Here’s a little look behind the scenes to show you how a digital comp (3D render) is the best possible way to show design concepts for review and approval.
(If you’d rather skip the process and just take a look at more final photos of this packaging project, see the portfolio entry instead.)
After “flat” comps were reviewed and the options were narrowed down to a few likely finalists, 3D digital comps were made for further review. This allows my clients to really see what they are getting into. It’s especially useful when we’re conceptualizing new glass bottle designs. But also very helpful for visualizing processes and materials such as embossing and foils – things that are either very difficult or very expensive to simulate in a one-off physical mockup. So in that way, a 3D render can be even better than a real, physical mockup.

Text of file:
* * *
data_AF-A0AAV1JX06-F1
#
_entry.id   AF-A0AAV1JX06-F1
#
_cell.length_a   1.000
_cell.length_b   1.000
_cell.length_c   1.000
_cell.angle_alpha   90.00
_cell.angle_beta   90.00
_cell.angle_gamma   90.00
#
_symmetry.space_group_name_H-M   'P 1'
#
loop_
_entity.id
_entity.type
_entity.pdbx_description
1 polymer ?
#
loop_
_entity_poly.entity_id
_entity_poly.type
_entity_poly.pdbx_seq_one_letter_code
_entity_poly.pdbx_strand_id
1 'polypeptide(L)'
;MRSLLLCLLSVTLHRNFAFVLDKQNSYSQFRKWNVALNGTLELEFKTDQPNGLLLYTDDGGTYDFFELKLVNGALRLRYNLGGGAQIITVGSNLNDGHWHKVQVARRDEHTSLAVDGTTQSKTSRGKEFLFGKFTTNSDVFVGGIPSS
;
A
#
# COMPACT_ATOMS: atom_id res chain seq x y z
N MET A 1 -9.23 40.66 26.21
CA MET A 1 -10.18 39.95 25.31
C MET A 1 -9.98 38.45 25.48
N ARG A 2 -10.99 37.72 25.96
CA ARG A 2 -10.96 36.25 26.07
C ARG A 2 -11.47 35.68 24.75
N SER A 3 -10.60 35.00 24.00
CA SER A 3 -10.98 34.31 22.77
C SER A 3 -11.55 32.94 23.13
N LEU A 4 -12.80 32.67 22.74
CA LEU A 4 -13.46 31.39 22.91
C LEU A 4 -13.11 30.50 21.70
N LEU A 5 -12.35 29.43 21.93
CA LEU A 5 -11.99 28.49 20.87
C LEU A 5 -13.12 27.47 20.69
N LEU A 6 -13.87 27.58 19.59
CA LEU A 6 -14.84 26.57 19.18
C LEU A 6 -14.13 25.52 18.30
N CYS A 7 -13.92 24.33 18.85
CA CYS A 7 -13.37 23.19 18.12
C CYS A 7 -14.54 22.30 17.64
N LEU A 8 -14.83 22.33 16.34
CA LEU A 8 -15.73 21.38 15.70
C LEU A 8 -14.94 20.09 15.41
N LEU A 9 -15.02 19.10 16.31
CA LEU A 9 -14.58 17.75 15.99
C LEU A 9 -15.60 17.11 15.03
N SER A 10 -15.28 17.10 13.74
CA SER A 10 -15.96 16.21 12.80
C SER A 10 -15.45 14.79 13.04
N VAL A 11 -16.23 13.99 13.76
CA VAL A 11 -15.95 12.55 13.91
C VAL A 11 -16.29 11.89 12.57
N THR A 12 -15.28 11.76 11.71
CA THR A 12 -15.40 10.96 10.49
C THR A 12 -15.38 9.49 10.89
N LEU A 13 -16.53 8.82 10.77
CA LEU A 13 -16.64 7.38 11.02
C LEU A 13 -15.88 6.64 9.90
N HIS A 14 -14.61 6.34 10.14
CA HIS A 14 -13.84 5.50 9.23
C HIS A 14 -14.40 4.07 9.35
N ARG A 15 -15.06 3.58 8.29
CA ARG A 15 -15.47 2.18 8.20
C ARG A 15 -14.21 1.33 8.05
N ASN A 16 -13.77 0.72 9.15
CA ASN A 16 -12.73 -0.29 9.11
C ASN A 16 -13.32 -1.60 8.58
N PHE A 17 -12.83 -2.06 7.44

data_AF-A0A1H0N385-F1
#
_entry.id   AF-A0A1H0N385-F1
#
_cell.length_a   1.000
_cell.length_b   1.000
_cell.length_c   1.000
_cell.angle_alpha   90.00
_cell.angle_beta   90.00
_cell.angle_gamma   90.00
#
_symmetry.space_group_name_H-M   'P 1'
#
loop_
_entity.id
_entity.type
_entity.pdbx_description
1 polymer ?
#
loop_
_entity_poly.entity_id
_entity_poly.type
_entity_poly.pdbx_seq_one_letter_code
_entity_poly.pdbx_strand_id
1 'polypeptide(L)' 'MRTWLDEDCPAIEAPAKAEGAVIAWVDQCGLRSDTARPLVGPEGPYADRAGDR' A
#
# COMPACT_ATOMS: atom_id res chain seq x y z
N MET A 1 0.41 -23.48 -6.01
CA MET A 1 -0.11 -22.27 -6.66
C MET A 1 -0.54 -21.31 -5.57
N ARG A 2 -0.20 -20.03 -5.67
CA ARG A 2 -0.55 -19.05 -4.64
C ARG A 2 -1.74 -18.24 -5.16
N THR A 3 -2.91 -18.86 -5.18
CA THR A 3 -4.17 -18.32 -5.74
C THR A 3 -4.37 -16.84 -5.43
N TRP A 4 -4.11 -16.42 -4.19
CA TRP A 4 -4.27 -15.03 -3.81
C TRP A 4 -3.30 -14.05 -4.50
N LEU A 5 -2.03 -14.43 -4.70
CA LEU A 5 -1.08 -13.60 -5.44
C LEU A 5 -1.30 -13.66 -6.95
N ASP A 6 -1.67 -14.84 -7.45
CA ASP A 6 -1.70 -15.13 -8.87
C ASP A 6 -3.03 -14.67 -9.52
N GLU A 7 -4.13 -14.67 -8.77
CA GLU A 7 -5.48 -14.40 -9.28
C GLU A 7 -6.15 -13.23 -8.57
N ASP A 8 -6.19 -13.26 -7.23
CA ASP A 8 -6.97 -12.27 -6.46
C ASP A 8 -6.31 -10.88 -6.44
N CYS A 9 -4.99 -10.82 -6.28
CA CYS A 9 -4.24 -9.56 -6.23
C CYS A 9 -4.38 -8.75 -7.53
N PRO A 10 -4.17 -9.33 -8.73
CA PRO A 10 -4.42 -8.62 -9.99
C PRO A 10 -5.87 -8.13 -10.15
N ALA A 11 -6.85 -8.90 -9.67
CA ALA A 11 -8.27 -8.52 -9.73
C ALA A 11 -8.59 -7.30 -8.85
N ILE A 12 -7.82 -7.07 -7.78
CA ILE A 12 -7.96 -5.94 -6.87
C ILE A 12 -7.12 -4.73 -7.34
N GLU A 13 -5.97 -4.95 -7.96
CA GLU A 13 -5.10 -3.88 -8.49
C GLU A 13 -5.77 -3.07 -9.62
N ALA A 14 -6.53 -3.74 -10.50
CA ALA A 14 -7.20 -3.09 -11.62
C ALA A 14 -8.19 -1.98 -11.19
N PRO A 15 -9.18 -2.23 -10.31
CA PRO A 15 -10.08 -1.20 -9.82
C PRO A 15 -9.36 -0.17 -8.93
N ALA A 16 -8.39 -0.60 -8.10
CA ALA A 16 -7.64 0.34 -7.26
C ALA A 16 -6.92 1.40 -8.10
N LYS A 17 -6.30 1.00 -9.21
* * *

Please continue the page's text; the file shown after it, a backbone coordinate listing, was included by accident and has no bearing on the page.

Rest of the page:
First, let’s look at a typical 2-dimensional comp created in Adobe Illustrator or Photoshop. Not bad for a preliminary look and conceptual exploration. And certainly a more efficient way of working when you’re comparing as many as ten new design ideas. At the early stages, it’s just not worth the time or investment to create a 3D model for every possible option. But it’s pretty flat indeed. And it can be quite difficult for many people to take that leap of faith from this stage, when they are about to commit the funds to print ten thousand labels. Not a bad approximation, but for my money, I’d rather look at something a little more realistic.
After a few finalists have been selected, it can be very useful to get a more accurate look at the designs in question and how they will take shape in the real world. This is a fully digital 3d render – not a photograph – created before the actual label was printed for sake of final review and approval. You can really see how the foils and embossing play in the light – much better.
And for comparison, here’s the final, finished product, photographed: